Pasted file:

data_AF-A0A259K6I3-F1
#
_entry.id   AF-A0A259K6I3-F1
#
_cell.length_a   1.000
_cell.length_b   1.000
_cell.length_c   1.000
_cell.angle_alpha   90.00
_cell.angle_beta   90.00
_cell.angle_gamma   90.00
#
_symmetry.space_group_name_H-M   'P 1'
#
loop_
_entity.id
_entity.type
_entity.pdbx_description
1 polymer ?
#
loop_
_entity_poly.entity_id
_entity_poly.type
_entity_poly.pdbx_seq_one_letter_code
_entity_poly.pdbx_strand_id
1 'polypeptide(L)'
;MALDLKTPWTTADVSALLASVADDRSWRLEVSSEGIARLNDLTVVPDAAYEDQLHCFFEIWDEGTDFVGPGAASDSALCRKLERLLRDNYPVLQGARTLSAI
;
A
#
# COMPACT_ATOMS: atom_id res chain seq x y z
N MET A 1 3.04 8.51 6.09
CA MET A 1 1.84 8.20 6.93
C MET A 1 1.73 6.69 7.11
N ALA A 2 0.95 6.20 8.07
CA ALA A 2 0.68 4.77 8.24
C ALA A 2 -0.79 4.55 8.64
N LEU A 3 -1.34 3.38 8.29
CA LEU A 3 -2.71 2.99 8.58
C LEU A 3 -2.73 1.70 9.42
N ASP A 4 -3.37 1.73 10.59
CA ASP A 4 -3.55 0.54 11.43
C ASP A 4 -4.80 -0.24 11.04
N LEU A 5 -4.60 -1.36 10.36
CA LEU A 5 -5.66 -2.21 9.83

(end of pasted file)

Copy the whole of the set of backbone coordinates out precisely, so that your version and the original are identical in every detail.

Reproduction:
data_AF-A0A259K6I3-F1
#
_entry.id   AF-A0A259K6I3-F1
#
_cell.length_a   1.000
_cell.length_b   1.000
_cell.length_c   1.000
_cell.angle_alpha   90.00
_cell.angle_beta   90.00
_cell.angle_gamma   90.00
#
_symmetry.space_group_name_H-M   'P 1'
#
loop_
_entity.id
_entity.type
_entity.pdbx_description
1 polymer ?
#
loop_
_entity_poly.entity_id
_entity_poly.type
_entity_poly.pdbx_seq_one_letter_code
_entity_poly.pdbx_strand_id
1 'polypeptide(L)'
;MALDLKTPWTTADVSALLASVADDRSWRLEVSSEGIARLNDLTVVPDAAYEDQLHCFFEIWDEGTDFVGPGAASDSALCRKLERLLRDNYPVLQGARTLSAI
;
A
#
# COMPACT_ATOMS: atom_id res chain seq x y z
N MET A 1 3.04 8.51 6.09
CA MET A 1 1.84 8.20 6.93
C MET A 1 1.73 6.69 7.11
N ALA A 2 0.95 6.20 8.07
CA ALA A 2 0.68 4.77 8.24
C ALA A 2 -0.79 4.55 8.64
N LEU A 3 -1.34 3.38 8.29
CA LEU A 3 -2.71 2.99 8.58
C LEU A 3 -2.73 1.70 9.42
N ASP A 4 -3.37 1.73 10.59
CA ASP A 4 -3.55 0.54 11.43
C ASP A 4 -4.80 -0.24 11.04
N LEU A 5 -4.60 -1.36 10.36
CA LEU A 5 -5.66 -2.21 9.83